“The only three words I ever heard back from him was, ‘Got your message,'” said Good. “But it was time anyway to make films. The [infomercial] people were impossible to work with. It was almost like they were trying to trick you into the music. They gave you no information.”Film scoring was somewhat more satisfying, though also not without its pitfalls. Good wrote what he considered a masterpiece title song, “Tex, the Passive Aggressive Cowboy,” for a short film that would receive much play on cable TV. Unbeknownst to Good, however, the director had changed the title to “Tex, the Passive Aggressive Gunslinger,” and only a small bit of Good’s music was used in the film.”This was an illuminating experience about working with directors. You have to check everything, all the time. Because they’re changing scenes, cutting things, all the time.”Stepping back into songwritingGood was busy enough learning scoring skills – from watching directors like a hawk to mastering sampling techniques to learning how to send music files via Internet – that he didn’t miss songwriting. “It took me a few years to get within a few years of the technological frontier,” he explained. Good’s time was also consumed by the fleet of music students, as many as 15 in a week, that he taught.”I began to identify with myself as a teacher,” said Good, who wrote a beginner jazz instruction book for kids, using his own jazz tunes. “I was offering something that wasn’t available in Rifle. I was wide-open to everything – country, rock, Korn. I taught a whole lot of Christian music. It was really rewarding.”So close was he to his students that when his family moved in 2003 to Marble to become owner-operators of the Beaver Lake Lodge, Good left the teacher in him behind. “I couldn’t see starting over with new kids, because I had the greatest bunch already,” he said.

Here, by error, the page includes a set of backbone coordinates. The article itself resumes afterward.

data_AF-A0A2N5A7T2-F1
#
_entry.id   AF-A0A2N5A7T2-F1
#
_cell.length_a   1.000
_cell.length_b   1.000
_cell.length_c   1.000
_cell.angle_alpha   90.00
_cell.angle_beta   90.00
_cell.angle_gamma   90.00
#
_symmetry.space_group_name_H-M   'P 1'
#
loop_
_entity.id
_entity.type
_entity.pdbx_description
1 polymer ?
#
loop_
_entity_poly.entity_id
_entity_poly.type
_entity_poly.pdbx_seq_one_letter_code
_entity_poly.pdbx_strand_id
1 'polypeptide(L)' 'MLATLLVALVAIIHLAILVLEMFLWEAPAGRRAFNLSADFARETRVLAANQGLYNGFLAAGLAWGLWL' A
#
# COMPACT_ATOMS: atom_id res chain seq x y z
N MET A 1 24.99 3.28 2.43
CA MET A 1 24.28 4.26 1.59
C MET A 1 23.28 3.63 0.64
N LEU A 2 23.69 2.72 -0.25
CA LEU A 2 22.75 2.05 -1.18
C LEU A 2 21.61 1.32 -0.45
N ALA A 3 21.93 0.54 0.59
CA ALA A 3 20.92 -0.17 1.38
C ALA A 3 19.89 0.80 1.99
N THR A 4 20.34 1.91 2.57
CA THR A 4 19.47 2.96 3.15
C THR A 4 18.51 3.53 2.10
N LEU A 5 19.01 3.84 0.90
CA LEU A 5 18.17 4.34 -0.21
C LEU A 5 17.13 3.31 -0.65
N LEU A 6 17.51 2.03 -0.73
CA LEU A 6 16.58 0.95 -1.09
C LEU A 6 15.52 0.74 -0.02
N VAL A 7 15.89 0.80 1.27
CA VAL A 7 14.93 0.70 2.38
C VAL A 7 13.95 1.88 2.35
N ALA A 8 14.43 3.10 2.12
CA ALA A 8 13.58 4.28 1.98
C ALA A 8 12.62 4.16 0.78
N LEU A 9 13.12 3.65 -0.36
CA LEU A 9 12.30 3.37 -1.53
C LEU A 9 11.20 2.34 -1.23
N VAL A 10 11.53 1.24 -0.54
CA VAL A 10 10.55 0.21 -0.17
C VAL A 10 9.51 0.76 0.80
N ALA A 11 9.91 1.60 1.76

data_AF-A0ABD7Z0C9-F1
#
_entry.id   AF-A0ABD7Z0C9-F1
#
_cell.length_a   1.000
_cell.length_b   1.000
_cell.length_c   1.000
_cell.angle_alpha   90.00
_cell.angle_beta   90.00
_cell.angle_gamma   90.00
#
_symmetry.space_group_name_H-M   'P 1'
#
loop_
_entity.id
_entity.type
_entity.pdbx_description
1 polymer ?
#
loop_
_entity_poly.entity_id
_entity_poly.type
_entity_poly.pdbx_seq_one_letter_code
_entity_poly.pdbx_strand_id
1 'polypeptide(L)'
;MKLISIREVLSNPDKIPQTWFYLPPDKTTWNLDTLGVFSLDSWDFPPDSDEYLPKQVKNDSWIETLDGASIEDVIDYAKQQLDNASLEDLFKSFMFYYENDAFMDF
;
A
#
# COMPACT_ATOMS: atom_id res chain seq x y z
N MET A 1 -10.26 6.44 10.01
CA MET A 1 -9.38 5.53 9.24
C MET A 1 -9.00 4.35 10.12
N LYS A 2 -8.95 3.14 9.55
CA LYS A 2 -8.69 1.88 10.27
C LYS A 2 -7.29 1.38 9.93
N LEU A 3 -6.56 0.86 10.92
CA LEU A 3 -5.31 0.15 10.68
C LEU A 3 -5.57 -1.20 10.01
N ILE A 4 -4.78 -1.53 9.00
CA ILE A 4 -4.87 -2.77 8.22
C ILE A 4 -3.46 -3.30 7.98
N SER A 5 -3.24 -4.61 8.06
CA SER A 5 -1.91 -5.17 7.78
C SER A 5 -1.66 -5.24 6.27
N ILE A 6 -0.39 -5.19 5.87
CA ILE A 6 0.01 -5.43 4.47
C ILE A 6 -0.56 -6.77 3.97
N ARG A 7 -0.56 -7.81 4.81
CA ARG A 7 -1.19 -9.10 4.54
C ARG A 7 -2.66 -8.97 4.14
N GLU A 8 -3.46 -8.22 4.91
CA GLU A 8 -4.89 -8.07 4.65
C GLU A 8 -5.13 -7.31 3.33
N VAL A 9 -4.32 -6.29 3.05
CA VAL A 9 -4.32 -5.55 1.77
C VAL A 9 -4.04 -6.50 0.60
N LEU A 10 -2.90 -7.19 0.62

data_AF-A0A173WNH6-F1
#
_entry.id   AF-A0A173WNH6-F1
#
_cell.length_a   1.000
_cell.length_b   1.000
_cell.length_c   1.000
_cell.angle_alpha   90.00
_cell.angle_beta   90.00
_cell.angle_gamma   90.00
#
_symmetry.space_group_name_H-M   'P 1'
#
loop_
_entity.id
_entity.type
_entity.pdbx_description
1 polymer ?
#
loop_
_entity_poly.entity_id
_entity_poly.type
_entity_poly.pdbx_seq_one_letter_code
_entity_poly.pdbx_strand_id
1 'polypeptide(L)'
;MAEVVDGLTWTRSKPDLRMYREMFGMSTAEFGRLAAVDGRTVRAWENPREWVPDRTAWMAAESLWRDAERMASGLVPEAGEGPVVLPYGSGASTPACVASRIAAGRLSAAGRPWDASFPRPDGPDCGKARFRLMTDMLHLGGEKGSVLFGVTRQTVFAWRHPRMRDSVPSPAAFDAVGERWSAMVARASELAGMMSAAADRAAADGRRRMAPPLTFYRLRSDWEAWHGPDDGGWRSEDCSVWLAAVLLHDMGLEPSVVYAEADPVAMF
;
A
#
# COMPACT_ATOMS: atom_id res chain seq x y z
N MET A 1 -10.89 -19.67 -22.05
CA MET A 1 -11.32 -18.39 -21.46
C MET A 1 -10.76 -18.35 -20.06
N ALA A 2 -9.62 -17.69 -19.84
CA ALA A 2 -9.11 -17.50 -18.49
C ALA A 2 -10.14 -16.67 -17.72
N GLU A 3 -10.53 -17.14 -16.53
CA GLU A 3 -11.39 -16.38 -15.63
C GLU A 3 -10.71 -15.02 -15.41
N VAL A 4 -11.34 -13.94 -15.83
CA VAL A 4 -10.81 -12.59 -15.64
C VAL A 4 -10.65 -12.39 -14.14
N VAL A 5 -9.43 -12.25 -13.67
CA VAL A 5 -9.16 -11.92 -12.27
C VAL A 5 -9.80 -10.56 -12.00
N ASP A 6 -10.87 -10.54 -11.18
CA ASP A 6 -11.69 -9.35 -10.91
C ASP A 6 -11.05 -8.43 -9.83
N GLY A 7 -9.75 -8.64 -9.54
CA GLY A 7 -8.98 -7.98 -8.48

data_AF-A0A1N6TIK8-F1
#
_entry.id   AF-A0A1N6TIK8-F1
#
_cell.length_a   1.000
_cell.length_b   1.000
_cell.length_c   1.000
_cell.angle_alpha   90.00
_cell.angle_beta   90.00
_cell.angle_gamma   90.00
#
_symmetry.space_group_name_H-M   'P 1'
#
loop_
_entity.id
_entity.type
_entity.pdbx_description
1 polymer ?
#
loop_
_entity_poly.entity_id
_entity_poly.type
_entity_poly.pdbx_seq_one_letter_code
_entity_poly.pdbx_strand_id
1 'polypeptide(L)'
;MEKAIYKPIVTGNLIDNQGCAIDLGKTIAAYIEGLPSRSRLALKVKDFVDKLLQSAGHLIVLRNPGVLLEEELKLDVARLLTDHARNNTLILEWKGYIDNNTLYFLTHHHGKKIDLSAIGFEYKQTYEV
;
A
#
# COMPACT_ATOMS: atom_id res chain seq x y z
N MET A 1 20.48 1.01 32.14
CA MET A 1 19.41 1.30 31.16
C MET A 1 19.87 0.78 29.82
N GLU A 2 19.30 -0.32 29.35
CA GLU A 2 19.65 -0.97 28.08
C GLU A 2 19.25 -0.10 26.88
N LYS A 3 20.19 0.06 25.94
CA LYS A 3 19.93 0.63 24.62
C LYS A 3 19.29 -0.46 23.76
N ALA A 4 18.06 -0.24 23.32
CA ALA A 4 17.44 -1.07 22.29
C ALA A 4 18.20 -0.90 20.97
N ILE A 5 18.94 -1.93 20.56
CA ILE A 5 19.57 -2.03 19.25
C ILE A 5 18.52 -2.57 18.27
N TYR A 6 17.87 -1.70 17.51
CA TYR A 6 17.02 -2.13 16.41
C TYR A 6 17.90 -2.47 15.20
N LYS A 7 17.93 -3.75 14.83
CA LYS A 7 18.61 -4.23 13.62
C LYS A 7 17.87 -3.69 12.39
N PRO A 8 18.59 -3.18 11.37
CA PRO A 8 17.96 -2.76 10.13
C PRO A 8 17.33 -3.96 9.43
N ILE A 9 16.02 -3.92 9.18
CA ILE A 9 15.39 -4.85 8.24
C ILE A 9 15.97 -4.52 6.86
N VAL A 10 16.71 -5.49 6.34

Writing songs had never come to a complete halt. “Sometimes I’d write a song over a particularly appealing infomercial groove,” said Good. But with no students, with the quietness of Marble to fill, and with a row of empty cabins on the lodge property, Good began drifting deeper into his former art. And with no bandmates to please, Good found the return to songwriting liberating.”When you’re in a band, you have to have the discipline to know what’s going to fly with that particular project,” said Good. “But this time, I didn’t care. So I wrote some really crappy songs, some really grandiose rock songs. But I saw them through, because the purpose was just to write songs. And I knew if I kept writing, I’d get some good ones. Eventually they dropped into my lap.”The latest batch of songs, around 25 in number, are less fussy and highfalutin compared to his earlier work. Good credits that to the experience of writing songs that he knew wouldn’t have a discerning audience.”They don’t care what anybody thinks as much,” said Good. “They’re less self-conscious; they’re goofier; they’re more personal than I might have allowed myself to get before. I’ve written some kids songs, some whacked-out songs that I wouldn’t think of putting someone through. And that makes me less conscious about placing them.”Throwing a battery away without a care may never come to Good. But he has a well-rounded musical existence. He is scoring a PBS documentary, “Still Wild at Heart,” about an environmental wilderness in the heart of San Francisco. He is back to teaching, this time as the coach of a group of high school students at the Colorado Rocky Mountain School. He remains a sideman in Jes’ Grew, and is flexing his songwriting muscles again. Good can even envision the day when he leads a band again.”I can be the house band at the lodge,” he said expectantly. “But I’ll never take a bunch of guys to Salt Lake City for $20 again. At least, not wittingly.”Stewart Oksenhorn’s e-mail address is